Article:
by Peter Tracy
Life is short,
and art long,
and judgment difficult.
– Hippocrates (460 – 370 BCE), Aphorismi
Hippocrates’ Aphorismi have inspired numerous interpretations in the millennia since their composition. Translation between languages and cultures being notoriously difficult, divergent readings of Latin and English translations have lead to significant changes in this verse’s popular meaning. While the phrase “life is short, art is long” has become an accepted trope, the Greek word commonly rendered as “ars” or “art” is in fact τέχνη (tékhnē), a word closer in meaning to “technique” or “craftsmanship”. As one of the earliest physicians on record, Hippocrates was unlikely to have dwelt overly long on questions of Art and Beauty. Rather, he seems to have wanted to express his frustration with the fact that, no matter how good one’s intentions or how disciplined one’s work ethic, one will never have enough time to perfect one’s skills or understanding. Hippocrates was also cautioning the uninitiated: in a medical context, experimentation on the job is perilous indeed, and an improper judgment can mean the difference between life and death. Many of us take comfort in the fact that, in the world of music, the stakes appear much lower.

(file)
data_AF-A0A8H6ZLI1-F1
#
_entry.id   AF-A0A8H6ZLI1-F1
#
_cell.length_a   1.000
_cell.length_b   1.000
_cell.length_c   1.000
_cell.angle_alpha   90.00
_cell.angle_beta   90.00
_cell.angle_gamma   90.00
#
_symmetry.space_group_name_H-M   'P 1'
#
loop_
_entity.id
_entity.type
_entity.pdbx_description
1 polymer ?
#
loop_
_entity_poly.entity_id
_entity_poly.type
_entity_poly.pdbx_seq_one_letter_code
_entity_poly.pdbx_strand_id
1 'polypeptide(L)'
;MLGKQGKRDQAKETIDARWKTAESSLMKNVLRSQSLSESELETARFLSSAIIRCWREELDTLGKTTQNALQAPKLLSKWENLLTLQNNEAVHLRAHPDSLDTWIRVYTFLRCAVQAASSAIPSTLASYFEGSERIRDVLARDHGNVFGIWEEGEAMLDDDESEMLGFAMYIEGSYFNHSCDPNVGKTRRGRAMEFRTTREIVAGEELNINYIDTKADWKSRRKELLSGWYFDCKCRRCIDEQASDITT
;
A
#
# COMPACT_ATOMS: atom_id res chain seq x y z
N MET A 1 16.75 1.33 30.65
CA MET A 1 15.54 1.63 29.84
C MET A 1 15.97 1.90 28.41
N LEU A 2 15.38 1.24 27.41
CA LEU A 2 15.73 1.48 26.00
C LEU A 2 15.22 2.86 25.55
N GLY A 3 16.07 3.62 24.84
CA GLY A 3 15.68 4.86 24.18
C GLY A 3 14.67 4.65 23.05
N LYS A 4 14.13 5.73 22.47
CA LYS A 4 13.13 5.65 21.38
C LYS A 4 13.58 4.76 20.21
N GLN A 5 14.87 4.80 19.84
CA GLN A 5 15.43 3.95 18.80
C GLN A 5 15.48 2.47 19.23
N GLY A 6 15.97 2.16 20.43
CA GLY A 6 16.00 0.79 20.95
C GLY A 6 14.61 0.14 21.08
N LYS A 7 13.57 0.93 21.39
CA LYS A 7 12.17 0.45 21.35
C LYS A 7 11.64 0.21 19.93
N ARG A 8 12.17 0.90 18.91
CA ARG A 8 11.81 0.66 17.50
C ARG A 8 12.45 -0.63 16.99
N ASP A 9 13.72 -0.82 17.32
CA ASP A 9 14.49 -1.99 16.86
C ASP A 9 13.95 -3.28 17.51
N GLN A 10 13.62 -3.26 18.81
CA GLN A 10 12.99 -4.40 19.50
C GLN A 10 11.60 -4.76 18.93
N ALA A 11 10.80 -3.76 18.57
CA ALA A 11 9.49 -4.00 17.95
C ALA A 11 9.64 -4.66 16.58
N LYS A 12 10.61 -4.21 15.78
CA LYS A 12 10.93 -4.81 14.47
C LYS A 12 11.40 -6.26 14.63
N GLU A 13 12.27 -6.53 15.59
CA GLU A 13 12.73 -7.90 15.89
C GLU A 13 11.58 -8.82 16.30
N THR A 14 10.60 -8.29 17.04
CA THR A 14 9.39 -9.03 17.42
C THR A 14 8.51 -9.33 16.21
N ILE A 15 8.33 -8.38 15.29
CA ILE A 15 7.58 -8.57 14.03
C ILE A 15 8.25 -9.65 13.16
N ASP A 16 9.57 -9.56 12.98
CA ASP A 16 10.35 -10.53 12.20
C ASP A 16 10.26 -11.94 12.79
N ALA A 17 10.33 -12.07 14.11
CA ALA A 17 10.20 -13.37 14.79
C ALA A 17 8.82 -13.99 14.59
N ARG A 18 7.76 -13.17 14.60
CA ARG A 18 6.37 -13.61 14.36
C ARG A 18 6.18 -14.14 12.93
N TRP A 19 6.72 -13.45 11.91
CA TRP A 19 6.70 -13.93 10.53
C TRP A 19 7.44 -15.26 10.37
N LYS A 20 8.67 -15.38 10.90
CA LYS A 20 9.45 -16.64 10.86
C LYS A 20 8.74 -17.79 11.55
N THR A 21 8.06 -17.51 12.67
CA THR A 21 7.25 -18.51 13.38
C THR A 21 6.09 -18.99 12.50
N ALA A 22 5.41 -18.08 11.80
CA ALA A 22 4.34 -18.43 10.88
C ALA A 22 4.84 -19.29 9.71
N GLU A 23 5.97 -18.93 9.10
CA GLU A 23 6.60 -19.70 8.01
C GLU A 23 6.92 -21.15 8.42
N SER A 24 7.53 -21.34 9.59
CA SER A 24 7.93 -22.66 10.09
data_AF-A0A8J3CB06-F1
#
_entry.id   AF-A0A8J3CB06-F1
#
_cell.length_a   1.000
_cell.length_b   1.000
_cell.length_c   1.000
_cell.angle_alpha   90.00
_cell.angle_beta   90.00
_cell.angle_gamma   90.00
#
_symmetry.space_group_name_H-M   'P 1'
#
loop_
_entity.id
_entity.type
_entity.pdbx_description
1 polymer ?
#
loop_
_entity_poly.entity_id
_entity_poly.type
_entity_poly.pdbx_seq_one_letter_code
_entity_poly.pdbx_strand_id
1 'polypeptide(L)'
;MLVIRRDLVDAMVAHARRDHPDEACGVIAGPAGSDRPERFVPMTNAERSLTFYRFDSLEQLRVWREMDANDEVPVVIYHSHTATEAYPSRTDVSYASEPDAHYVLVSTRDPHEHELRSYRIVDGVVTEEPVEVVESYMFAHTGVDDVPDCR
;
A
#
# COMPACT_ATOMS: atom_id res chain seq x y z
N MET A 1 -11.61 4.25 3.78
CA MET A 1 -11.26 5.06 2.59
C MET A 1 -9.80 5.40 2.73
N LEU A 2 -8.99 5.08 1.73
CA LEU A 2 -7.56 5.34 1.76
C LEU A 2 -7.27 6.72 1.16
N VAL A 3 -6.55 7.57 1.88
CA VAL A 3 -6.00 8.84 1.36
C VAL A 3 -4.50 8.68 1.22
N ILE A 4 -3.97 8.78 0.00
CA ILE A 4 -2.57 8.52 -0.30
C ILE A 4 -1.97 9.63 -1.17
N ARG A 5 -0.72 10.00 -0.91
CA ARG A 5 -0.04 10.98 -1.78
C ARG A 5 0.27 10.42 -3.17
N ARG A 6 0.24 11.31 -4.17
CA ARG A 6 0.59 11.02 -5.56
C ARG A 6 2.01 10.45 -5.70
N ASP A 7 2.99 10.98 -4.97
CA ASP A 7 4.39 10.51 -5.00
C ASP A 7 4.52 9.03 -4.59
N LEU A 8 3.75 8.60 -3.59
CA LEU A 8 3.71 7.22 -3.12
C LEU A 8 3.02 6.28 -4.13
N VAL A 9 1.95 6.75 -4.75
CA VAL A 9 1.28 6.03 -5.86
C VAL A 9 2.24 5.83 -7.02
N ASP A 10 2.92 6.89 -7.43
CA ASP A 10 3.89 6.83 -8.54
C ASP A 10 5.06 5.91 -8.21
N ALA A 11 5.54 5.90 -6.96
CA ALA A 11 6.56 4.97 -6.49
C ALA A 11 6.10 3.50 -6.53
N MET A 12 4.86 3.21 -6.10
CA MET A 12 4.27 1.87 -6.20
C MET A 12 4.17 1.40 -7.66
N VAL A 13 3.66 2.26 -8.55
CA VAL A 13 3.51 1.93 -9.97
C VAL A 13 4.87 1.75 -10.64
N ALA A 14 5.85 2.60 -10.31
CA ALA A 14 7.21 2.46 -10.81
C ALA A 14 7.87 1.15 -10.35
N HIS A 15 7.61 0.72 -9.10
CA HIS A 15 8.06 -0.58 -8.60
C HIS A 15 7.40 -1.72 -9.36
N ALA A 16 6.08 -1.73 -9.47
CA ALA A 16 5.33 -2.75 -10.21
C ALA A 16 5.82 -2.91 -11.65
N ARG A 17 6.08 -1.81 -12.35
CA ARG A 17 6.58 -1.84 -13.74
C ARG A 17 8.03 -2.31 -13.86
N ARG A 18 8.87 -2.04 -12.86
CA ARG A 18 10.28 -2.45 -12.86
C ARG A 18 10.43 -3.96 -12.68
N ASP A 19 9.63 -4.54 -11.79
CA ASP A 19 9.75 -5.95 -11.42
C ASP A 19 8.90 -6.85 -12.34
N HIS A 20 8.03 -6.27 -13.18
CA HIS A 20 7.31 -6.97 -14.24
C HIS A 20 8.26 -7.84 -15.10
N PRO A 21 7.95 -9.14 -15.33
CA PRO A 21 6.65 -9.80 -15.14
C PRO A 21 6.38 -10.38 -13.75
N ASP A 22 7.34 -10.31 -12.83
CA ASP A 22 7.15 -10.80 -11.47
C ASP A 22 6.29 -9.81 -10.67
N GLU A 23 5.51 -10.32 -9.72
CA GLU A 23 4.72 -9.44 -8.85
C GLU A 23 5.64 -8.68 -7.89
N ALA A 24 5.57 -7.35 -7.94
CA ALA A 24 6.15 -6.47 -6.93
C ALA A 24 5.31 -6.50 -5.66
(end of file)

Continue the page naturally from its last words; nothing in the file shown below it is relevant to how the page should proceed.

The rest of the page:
Still, there are consequences to our musical judgments, and only so many opportunities to address them in full. As the example of a recent concert might help me to express, the broader effects of our musical choices can be far from clear even in the present (a time in which we more or less know our way around), to say nothing of the past (a foreign culture in and of itself).